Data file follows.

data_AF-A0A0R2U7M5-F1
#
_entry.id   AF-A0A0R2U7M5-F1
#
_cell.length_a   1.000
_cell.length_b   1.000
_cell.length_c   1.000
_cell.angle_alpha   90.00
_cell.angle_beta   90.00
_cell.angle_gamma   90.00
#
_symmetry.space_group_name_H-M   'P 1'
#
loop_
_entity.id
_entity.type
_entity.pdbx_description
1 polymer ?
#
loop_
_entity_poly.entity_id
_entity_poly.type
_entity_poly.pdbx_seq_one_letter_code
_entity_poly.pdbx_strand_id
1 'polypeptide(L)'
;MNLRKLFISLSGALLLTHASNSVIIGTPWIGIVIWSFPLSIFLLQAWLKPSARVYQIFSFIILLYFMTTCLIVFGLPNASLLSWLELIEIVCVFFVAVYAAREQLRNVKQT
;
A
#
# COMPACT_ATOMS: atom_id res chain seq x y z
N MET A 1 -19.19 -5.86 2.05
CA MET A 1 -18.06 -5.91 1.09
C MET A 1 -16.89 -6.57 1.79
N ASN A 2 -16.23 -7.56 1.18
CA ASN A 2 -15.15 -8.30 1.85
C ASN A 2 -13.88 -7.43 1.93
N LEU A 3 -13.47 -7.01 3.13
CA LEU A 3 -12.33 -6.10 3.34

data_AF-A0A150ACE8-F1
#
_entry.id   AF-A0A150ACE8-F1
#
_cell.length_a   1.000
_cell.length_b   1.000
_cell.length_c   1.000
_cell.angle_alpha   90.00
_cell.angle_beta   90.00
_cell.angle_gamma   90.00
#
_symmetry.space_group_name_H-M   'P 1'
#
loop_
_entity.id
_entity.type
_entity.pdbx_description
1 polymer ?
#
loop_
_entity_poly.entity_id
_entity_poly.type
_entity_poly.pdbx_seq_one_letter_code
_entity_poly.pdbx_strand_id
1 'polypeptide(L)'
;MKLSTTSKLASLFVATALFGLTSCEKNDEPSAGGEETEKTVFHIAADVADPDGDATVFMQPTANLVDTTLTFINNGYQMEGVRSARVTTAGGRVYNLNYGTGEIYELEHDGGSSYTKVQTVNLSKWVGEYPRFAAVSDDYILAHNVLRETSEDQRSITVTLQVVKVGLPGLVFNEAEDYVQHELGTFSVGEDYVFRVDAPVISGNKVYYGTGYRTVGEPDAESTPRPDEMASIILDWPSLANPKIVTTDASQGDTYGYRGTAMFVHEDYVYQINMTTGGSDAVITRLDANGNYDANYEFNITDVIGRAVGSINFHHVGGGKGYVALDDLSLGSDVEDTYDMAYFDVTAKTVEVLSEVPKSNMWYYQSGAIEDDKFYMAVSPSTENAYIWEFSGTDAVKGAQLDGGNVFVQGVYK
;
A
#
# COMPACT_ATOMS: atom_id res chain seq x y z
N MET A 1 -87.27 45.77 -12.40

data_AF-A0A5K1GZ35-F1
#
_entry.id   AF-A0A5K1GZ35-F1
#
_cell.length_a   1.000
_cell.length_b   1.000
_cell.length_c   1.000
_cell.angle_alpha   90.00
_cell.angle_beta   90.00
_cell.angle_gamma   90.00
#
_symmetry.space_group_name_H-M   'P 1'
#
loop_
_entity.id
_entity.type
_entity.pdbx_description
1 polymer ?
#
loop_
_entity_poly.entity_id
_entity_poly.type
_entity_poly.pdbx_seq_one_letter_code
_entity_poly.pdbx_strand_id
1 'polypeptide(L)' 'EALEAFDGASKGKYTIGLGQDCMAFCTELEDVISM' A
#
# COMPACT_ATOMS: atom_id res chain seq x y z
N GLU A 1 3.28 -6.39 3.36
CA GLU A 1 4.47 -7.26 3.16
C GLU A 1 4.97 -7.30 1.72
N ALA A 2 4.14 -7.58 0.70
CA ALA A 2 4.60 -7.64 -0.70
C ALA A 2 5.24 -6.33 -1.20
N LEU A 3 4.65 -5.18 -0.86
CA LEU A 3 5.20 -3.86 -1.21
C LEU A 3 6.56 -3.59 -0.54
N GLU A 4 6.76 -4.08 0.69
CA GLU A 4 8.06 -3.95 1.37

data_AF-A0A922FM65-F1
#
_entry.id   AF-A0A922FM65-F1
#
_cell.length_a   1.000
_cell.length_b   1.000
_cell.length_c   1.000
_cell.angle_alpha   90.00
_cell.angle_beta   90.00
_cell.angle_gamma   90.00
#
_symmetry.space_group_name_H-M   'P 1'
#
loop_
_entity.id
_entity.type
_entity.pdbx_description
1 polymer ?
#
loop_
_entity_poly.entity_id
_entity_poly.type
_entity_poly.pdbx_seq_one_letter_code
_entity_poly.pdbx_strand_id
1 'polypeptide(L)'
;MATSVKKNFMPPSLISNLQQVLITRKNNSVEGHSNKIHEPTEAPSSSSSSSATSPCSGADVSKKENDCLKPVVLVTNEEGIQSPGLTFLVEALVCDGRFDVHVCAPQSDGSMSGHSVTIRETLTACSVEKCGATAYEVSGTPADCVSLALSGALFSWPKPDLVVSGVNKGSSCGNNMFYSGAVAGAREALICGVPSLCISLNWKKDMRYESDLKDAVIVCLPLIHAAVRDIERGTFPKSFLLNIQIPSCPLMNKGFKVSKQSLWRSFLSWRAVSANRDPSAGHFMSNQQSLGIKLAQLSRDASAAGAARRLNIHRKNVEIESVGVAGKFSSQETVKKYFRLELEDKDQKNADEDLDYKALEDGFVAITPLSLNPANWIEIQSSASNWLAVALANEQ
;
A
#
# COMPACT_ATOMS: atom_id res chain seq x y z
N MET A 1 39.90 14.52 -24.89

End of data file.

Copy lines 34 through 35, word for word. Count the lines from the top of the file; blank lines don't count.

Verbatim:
N ASN A 2 -16.23 -7.56 1.18
CA ASN A 2 -15.15 -8.30 1.85